If you don’t, let me know why? I always welcome other opinions on films.

Darke Reviews | Scream 3 (2000)

Alright,  I figured I should continue the reviews of this particular franchise, you’ll notice by the timing this is certainly not one of the classics. It does some interesting things but really does not quite reach the same level as the first two. I am not sure what the studio was thinking as this does come out a full three years after the last one. Granted the last one did ok, bringing 4 times its budget back in domestic income. Scream 3 comes along and Dimension films, who at the time were throwing anything they could out gives Wes Craven 40 million, nearly quadrupling the original budget. This is continuing proof that additional money given to a director, no matter how good, is not always a good thing. Some directors, especially the talented ones, do better when they have to fight and claw for every effect.

Again, spoilers, as we are talking about a serial killer franchise. Stop now and return from whence thou came if you wish to remain spoiler free!


As mentioned Wes Craven returns to direct, but this time without a script by the previous partner Kevin Williamson. Instead Ehren Kruger is brought in. I have absolutely no love for this man. While he may have given us the import of The Ring and Blood and Chocolate  he is also responsible for the last three Transformers films. Yes, all three of the horrible ones. Ones so bad that I offered to pay people to not see the last one. He isn’t entirely horrific as there are some gems in this script that are worth enjoying.

We return several years after the last film and in near traditional fashion for the franchise, we have movie within a movie aspects. Where Scream 2 simply had the movie Stab as a background element, this movie actually has us in Hollywood while Stab 3 is being filmed. Rather than joking about movie in a movie, this one literally is. Sidney has actually chosen to hide from the world as a response to the events of the last two films. I appreciate that they let the weight of all thats happened begin to fracture her. She’s strong, but there’s only so much she can be expected to take. She is still the Sidney we know and love, still very intelligent, strong and a fighter, with some fraying on the edges. Of course, also in Scream fashion they introduce us to the rules of film for Trilogy. These are things we all recognize when they are spelled out, so that becomes one of the beautiful elements of the film; especially when delivered by the Jamie Kennedy’s character Randy. I think the delivery mechanism would have annoyed me had it been any other character, but for him it worked. The continual false leads, twists, and turns work in this but not nearly as strongly. There’s also the introduction of a contrived romance for Sidney, which while cute I think only works because of the two involved.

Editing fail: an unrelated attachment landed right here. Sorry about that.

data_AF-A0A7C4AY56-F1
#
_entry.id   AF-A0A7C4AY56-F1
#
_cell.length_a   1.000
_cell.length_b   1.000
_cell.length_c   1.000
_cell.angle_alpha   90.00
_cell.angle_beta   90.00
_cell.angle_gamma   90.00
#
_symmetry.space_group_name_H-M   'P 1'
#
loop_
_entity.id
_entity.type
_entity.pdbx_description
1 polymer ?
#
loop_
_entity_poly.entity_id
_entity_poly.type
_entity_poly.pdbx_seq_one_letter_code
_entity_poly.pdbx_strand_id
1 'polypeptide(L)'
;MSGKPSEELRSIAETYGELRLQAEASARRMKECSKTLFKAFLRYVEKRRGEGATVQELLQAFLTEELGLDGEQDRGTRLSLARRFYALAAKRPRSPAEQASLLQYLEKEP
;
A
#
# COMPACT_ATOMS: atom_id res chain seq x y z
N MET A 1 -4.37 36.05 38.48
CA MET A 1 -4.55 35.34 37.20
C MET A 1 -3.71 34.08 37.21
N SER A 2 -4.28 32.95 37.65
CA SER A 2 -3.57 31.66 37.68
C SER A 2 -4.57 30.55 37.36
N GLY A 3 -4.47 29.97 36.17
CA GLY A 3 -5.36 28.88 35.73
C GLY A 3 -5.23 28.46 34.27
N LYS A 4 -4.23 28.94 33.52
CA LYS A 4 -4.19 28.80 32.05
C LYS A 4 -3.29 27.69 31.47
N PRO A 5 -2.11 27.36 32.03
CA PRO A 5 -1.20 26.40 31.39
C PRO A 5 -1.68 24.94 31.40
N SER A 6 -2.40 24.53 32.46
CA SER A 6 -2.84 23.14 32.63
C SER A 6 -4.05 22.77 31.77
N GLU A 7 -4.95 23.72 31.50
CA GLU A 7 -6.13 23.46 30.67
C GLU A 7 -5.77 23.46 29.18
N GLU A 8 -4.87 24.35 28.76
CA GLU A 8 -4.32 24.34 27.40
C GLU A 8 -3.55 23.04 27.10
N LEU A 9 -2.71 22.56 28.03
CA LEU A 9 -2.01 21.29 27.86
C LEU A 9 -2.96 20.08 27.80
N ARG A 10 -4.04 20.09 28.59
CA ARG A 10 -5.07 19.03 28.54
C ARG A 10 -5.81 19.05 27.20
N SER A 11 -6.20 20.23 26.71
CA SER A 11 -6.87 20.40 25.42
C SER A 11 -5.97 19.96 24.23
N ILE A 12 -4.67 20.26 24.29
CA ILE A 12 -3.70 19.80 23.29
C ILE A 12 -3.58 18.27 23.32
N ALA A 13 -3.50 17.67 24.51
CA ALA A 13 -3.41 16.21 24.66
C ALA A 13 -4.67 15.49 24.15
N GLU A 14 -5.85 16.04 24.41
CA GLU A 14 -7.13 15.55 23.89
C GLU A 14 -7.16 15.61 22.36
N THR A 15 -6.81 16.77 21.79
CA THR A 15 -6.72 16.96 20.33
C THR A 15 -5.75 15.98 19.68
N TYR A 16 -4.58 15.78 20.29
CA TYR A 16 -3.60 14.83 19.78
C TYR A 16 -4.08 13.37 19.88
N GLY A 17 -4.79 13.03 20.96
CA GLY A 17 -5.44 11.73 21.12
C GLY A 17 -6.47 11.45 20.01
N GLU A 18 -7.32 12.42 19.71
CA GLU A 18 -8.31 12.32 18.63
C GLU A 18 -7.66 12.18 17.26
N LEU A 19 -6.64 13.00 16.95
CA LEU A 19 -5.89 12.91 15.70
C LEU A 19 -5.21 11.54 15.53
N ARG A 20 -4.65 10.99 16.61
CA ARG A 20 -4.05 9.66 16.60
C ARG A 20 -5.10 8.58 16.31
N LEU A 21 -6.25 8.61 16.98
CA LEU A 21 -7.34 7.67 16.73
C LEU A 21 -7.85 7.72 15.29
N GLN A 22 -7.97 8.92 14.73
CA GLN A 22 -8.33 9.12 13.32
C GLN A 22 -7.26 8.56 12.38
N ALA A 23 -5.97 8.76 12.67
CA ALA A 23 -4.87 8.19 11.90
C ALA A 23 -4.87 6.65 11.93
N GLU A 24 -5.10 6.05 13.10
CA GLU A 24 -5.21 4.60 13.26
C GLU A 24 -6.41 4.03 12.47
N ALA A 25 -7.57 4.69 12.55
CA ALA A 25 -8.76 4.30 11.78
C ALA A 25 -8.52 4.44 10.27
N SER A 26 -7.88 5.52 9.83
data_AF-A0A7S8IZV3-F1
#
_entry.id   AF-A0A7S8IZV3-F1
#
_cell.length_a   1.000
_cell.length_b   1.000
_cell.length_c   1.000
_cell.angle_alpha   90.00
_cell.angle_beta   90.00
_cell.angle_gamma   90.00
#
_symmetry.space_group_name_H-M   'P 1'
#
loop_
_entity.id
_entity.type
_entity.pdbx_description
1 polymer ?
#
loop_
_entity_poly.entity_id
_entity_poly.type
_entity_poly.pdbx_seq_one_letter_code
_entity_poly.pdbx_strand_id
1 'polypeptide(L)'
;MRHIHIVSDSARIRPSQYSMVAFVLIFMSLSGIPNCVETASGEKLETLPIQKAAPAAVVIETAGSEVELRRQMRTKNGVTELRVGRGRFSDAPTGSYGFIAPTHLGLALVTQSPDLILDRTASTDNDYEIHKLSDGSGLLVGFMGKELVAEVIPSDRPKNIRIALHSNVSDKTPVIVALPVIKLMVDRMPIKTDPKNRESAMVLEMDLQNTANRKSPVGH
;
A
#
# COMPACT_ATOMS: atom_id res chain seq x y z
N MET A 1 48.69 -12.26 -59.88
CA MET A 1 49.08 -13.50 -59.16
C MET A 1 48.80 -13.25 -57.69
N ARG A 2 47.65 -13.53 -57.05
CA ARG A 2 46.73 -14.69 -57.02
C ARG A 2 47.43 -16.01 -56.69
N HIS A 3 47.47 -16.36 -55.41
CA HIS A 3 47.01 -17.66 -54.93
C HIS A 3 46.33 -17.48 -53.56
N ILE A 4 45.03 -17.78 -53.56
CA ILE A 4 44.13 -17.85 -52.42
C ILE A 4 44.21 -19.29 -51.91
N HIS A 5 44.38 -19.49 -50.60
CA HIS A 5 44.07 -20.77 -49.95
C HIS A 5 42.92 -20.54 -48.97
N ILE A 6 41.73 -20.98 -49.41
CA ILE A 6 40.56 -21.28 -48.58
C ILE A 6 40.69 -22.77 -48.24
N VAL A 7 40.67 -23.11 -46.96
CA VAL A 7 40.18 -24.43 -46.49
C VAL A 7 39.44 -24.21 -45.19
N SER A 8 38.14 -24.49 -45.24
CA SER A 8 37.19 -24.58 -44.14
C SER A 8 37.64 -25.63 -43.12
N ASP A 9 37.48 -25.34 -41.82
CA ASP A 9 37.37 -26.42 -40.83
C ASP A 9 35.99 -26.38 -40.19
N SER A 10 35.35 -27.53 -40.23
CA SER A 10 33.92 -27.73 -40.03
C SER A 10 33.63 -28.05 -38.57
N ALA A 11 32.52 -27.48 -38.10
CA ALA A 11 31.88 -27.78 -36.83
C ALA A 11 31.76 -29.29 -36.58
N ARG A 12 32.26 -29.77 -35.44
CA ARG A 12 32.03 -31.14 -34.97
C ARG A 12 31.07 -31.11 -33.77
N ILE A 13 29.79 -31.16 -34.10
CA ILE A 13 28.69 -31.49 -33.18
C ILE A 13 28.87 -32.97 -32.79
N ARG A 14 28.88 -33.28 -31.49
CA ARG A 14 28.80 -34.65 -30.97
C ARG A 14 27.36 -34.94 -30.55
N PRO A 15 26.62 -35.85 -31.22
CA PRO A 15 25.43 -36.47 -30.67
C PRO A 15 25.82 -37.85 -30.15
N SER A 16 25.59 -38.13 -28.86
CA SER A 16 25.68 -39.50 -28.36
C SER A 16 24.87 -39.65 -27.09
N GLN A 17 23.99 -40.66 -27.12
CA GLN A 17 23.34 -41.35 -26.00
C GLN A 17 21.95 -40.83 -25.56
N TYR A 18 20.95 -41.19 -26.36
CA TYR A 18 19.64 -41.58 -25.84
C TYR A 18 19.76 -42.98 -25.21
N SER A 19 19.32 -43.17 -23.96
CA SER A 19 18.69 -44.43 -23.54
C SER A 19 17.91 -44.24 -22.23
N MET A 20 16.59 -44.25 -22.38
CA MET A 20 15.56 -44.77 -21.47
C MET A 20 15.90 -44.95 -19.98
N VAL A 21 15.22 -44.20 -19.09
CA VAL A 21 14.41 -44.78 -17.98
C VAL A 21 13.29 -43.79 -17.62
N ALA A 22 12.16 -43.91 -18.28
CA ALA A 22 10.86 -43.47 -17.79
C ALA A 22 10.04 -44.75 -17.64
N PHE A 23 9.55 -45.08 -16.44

From an actors perspective, we have Neve Campbells return, who had not had much between 2 and 3 other than Wild Things (I should review that too). She has definitely grown as an actress between films and how she handles walking onto the set of Woodsboro is really well done. We also have Liev Schreiber, Courtney Cox and David Arquette returning as their surviving characters, both of which have as much growth in their characters off screen as on. There’s not as much of a change in the actors themselves as the characters, but they are pleasant and welcome on screen. The movie also brings us some old (non related) faces such as Lance Henriksen, Roger Corman, Jenny McCarthy, and Carrie Fisher. In what also seems to be a trend for the movie, it gives us Patrick (Grey’s Anatomy) Dempsey, before he was McDreamy. He had a smaller fan base, but a loyal one from those who had seen him in Run and MObsters, or even Will and Grace. Scott Foley is another new face, who then went on to appear in several TV series over the rest of his career including Grey’s and True Blood.

Here’s where the movie starts to break down, the technicals. I talked in the previous two films how a slasher if done right doesn’t need too much on the way of effects beyond a good blade or good blood. Maybe a good prosthetic for an injury or slit throat. In traditional Dimension fashion they gave us explosions that look horrific. It was unnecessary and didn’t work. Even the so called science behind an explosion of that size is ridiculous – suspension of disbelief or no. It, and a few other niggling points make the technicals not work. There’s some IQ dropping from the characters (damn you Kruger) combined with this that don’t work either.


Alright, the movie is watchable. It isn’t good, but it is actually watchable.